Other items: Winter storm hits Plains, Midwest; New Sudafed formula will change ingredient; and the Maryland priest accused of abuse is defrocked.

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A judge yesterday cleared the way for a voter-approved initiative to become law that will deny some public benefits to illegal immigrants.

Judge David Bury denied a request for a preliminary injunction and lifted a temporary restraining order he granted Nov. 30. Opponents said they would appeal.

The initiative, Proposition 200, requires proof of immigration status when obtaining certain state services, and proof of citizenship when registering to vote. Government workers who don’t report illegal immigrants seeking benefits could face jail time and a fine.

Winter storm hits Plains, Midwest

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A winter storm battered states from the Plains through the Midwest yesterday, sending travelers sliding over icy roads, dumping a foot of snow over some areas and bringing bitterly cold temperatures. In International Falls, Minn., the temperature dropped to 26 below.

Snow fell from New Mexico, where some schools were closed, to the lower Great Lakes. The storm marked the leading edge of bitterly cold air flowing southward. There were at least six weather-related traffic deaths: three in Ohio and one each in New Mexico, Arkansas and Oklahoma.

Evansville, Ind.

New Sudafed formula will change ingredient

The maker of Sudafed is offering a new version of the cold and allergy medicine without an ingredient often used to produce the illegal and highly addictive drug methamphetamine.

Pseudoephedrine will be replaced with another substance, phenylephrine, in a new product called Sudafed PE, which will become available Jan. 10 in the United States, Pfizer spokeswoman Erica Johnson said yesterday. Pfizer will continue to offer the old Sudafed, too.

Johnson said the new formula could help curtail meth production. In many states, pharmacists keep Sudafed behind a counter.


Priest accused of abuse defrocked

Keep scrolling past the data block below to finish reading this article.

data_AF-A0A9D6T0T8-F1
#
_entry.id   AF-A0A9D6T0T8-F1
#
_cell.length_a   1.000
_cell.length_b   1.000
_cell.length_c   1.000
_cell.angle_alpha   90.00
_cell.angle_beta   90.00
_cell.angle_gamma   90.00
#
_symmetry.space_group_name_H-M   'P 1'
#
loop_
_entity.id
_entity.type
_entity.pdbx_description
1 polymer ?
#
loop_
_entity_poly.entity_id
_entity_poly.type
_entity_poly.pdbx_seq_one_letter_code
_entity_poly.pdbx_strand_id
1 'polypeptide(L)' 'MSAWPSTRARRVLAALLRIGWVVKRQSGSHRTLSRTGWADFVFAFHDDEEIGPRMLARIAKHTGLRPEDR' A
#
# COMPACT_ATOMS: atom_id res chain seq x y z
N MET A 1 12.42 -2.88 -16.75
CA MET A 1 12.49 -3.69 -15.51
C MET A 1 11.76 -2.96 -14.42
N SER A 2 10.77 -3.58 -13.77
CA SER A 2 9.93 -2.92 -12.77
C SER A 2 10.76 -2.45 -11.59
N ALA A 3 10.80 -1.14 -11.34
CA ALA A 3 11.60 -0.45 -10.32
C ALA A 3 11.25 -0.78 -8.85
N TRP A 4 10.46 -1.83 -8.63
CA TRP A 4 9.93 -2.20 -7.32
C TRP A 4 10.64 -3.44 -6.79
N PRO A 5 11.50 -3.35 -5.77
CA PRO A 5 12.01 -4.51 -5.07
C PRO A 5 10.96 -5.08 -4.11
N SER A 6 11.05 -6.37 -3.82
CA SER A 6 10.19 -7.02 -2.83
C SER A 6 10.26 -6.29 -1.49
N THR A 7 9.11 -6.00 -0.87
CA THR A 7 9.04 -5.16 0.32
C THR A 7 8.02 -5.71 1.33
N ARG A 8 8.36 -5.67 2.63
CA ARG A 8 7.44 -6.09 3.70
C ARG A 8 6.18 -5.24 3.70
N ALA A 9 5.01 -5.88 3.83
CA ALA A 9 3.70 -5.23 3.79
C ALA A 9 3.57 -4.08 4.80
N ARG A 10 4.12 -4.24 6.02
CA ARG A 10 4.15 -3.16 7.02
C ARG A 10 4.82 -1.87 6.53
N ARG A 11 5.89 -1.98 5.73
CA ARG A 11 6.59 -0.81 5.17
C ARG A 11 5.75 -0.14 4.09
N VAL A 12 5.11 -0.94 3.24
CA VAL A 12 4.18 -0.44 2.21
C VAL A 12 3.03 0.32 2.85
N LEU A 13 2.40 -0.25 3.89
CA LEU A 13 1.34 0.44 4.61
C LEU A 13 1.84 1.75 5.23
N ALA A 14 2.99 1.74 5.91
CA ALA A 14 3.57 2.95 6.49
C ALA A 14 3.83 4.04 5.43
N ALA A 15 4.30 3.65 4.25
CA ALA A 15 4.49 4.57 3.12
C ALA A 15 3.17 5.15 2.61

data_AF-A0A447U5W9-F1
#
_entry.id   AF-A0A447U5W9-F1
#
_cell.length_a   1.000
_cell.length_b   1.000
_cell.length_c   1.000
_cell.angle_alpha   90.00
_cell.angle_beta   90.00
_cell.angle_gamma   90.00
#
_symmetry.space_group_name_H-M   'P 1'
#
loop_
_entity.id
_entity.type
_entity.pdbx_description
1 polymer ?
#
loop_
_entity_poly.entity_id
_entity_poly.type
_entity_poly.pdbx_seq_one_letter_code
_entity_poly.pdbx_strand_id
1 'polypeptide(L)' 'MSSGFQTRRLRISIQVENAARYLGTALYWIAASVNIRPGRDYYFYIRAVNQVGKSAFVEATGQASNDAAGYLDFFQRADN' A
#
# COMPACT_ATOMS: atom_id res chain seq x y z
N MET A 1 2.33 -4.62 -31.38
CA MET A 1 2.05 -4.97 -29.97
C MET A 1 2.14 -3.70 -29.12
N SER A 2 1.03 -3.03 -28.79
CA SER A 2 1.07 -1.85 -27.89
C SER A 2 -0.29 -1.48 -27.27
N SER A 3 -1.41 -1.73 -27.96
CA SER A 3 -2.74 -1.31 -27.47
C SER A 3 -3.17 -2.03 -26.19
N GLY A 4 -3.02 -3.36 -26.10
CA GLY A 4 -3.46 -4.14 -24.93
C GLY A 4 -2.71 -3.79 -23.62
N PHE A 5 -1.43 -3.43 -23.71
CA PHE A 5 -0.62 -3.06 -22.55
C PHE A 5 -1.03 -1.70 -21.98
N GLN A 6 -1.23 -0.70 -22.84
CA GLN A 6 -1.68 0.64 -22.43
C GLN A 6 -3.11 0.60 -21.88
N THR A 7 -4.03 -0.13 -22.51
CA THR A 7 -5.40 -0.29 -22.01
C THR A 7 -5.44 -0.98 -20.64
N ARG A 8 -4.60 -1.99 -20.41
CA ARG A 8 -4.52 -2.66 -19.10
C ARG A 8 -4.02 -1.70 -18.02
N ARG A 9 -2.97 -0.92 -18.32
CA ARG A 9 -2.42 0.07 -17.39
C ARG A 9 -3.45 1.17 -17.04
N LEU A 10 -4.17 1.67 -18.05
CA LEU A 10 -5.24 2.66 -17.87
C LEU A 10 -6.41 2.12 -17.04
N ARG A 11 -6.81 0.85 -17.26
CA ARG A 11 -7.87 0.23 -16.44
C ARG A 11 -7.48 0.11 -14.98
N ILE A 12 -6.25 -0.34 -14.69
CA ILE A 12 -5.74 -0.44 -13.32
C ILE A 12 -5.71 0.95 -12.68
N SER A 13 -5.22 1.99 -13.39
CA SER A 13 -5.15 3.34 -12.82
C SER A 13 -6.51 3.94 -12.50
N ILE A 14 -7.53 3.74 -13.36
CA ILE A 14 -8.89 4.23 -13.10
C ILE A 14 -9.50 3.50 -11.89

A priest who was shot and wounded in 2002 by a former altar boy he allegedly molested more than a decade ago has been defrocked, an Archdiocese of Baltimore spokesman said yesterday.

Maurice Blackwell, 58, is scheduled to go on trial Jan. 3 on four counts of child sexual abuse against Dontee Stokes. The alleged abuse began in 1989 and ended in 1992.

Blackwell has denied sexually abusing Stokes, who was a teenager at the time. Stokes was acquitted of attempted murder in December 2002 but was convicted on gun charges and served a sentence of home detention.


Kerik resigns: Bernard Kerik, the former New York City police commissioner and one-time Cabinet nominee, said yesterday he will leave the consulting firm run by former New York Mayor Rudolph Giuliani.

Stolen baby: Lisa Montgomery, the Kansas woman accused of strangling a pregnant woman and cutting the baby from her womb earlier this month, often faked being pregnant to get attention, even though she had her tubes tied 14 years ago, according to her ex-husband, Carl Boman of Bartlesville, Okla.

Airport patdowns: In response to numerous complaints from women, the government has ordered airport-security personnel to avoid touching female passengers between their breasts when performing patdowns.

Search ends: The Coast Guard called off its search yesterday for five fishermen lost at sea when their scallop boat capsized off Nantucket, Mass., on Monday.